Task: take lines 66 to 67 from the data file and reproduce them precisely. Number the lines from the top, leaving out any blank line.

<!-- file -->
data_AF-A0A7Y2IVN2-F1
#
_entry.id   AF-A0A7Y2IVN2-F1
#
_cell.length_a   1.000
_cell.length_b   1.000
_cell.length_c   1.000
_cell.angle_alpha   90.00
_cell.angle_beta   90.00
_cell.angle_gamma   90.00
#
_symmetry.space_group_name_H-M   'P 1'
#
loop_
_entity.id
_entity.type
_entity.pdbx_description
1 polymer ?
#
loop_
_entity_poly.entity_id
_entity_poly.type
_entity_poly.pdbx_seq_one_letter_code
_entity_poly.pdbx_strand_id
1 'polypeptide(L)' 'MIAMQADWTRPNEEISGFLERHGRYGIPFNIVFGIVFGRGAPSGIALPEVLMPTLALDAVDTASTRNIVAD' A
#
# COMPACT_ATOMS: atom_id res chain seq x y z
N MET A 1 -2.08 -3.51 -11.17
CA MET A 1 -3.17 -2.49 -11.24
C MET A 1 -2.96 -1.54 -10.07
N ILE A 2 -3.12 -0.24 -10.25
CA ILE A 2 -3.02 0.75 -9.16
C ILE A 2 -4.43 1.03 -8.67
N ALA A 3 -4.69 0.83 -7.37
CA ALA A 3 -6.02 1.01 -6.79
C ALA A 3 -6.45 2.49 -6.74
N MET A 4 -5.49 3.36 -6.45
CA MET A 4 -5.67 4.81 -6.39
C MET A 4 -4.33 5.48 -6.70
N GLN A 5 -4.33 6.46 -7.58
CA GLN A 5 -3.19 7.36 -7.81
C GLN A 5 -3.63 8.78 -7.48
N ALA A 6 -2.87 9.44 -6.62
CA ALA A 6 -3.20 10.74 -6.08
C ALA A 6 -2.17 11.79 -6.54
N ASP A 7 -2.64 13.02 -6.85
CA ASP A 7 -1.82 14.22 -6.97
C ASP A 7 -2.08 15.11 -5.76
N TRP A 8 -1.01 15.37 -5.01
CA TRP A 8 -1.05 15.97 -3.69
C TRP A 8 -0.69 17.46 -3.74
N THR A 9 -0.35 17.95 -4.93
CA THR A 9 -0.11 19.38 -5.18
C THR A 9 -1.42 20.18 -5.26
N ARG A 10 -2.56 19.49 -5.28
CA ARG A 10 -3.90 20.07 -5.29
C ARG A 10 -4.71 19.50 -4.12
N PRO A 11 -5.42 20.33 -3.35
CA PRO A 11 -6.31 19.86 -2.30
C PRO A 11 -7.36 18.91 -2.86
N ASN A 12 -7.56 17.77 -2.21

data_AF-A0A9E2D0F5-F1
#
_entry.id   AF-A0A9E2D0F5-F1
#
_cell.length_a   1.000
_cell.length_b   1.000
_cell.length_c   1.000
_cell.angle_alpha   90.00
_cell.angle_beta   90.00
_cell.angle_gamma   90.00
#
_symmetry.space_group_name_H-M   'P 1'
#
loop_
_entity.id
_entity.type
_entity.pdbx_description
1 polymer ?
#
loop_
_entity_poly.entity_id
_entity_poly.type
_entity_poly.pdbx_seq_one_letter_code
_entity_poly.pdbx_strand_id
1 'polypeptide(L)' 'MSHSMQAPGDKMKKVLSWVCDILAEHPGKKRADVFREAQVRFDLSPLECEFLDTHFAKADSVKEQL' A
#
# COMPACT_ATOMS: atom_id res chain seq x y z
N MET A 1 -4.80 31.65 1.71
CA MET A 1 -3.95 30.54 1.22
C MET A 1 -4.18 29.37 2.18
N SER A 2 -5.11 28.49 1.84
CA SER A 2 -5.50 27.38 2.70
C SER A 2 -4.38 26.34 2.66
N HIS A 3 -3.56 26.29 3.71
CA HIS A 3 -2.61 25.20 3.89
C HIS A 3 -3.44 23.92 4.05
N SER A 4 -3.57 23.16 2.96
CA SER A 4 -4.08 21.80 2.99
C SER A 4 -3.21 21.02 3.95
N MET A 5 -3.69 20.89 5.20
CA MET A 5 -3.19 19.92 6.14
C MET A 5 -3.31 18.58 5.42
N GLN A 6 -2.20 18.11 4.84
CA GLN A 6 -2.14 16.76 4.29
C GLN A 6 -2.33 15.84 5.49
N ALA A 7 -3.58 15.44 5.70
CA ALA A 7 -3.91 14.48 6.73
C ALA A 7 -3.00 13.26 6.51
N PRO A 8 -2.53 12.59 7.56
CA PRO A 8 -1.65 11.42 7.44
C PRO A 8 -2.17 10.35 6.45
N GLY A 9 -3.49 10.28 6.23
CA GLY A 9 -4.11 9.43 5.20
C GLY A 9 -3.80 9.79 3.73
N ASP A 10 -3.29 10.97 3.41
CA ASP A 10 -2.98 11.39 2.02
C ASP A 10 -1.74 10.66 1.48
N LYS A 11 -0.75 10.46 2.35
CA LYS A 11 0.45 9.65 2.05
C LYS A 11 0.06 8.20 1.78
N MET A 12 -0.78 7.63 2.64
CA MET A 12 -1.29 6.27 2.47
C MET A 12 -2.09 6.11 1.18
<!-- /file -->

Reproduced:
_cell.length_a   1.000
_cell.length_b   1.000